The big day. The Elders and I agreed that since I now know I am leaving and their students will soon bombard my Twitter, Instagram, and Facebook with questions and excitement, we should tell the church and the students that following Sunday. I met with a few close friends that Saturday to share what was going on. That was a long and emotional Saturday. The Friday before, I sent an email that I wanted the parents of the students to be in the Sunday school with the students for a special announcement. The kids were suspicious but they were not expecting what I was going to share with them. I cried a ton and the students and parents cried too. However, it was healthy and it was taken well. The students were sad but were mature enough to be excited for me. At the end of the main service I was called up and my senior pastor let the congregation know and the whole church was sad but happy for me. I think the best way to describe the feeling was “Bitter-Sweet”. All in all, it was handled well, no rumors could be spread and I was on track to leaving well.

The last part. So since the big announcement there has been lots of packing, visiting independently-owned Tampa restaurants, and lots of good hangs with friends. One thing about leaving well that I didn’t have control over was keeping this part short. I am still here for another month. There is just too much to transition over and a lot of work needs to be done before I can leave. The new church has been really cool with it all and they are just excited that someone is coming soon. My goal for this final month is to teach all the lessons that I feel are needed to be said for me to leave in good conscious and to spend time with friends and family. The biggest challenge is to not be bitter or become lazy. It is easy to stop caring about pastoral care because you can say, “I won’t see them again after a month” or slack at work because you know you don’t have to plan past a certain date. My wife has been a big support by praying with me daily to finish strong and leaving well.

I am going to miss my students, my friends, and the only church I have ever been a part of since the Lord saved me. But praise God the relationships will not be tarnished by a nasty break-up. Leaving well means I have good connections back in my hometown, a sofa to sleep on when I visit, and a group of students that will remember their youth pastor as a guy they loved and respect. Not some schmuck who left them to dry. I hope you have the opportunity to leave in the grace and dignity I have been able to leave in. Every context is different and you don’t have much control over circumstances, but you have control over how you react and respond. Leaving well is mostly how you respond and react to the circumstances given.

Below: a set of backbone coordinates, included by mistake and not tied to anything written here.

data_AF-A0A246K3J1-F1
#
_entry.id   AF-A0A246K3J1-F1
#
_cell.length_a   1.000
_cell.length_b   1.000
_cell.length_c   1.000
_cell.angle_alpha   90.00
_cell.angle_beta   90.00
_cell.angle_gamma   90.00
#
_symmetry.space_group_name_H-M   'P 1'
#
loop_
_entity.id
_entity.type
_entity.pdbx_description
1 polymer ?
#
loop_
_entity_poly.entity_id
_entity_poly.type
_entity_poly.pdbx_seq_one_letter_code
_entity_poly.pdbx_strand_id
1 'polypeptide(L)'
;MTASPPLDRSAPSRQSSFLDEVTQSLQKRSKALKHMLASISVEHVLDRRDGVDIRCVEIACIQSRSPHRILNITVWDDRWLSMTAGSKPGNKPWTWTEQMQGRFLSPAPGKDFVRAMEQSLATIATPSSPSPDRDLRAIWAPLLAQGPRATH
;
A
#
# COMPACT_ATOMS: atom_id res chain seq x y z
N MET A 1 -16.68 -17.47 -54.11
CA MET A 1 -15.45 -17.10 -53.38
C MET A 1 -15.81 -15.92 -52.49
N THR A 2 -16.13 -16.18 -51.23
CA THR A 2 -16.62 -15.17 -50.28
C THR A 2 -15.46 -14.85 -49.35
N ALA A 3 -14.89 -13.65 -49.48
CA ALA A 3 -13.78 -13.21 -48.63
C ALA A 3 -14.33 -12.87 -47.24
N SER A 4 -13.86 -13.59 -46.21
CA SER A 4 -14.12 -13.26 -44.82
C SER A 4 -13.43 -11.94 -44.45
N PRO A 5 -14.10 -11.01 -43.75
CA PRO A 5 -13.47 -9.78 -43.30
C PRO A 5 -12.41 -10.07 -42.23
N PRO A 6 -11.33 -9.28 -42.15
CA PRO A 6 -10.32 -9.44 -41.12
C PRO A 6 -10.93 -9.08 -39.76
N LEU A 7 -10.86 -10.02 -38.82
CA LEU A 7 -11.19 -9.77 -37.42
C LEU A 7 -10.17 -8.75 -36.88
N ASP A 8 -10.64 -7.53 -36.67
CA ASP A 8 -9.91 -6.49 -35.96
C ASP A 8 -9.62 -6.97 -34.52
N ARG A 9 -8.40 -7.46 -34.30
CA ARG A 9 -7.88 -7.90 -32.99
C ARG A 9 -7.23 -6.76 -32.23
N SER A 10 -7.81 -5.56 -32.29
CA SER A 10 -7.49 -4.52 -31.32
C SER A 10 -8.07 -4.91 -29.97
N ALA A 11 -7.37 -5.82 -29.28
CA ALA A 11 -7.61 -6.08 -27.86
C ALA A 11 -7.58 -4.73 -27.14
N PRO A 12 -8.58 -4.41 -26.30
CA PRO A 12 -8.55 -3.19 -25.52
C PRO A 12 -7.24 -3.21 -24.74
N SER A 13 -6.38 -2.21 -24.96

Born and raised in Tampa, FL, Frank just recently became the Youth Pastor Family Life Bible Church in Conway, Arkansas. He is married and has zero kids. He blogs about youth ministry at and has a personal blog about what interests him at

Published by Austin McCann

Austin is the student ministries director at Redemption Chapel in Stow, OH. He has a BA from Piedmont International University and a Master of Arts in Religion with a Christian leadership focus from Liberty University School of Divinity. Austin enjoys reading, writing, playing basketball and golf, and spending time with his family.

Join the Conversation


  1. Great post. Thanks for sharing. I think for me the hardest part would be to talk with my Sr pastor. It’s awesome to read that he gave you time to look. Sad to say that’s not true for every one. My pastor and I have a great relationship, but we have had this talk that if I ever felt called to leave I should have another position before I tell him. He explained it to me and I totally agree and understand his reasoning but I couldn’t help but feel like I’m sneaking around and not being loyal to him and the church.

    1. Tony,

      Thanks for sharing your thoughts. I think the key is to be on the same page as your senior pastor. If he wants you to tell him that you’re looking than tell him. If he doesn’t want you to tell him until you have found something, don’t tell him till you find something. Clear communication between yourself and the senior pastor is key.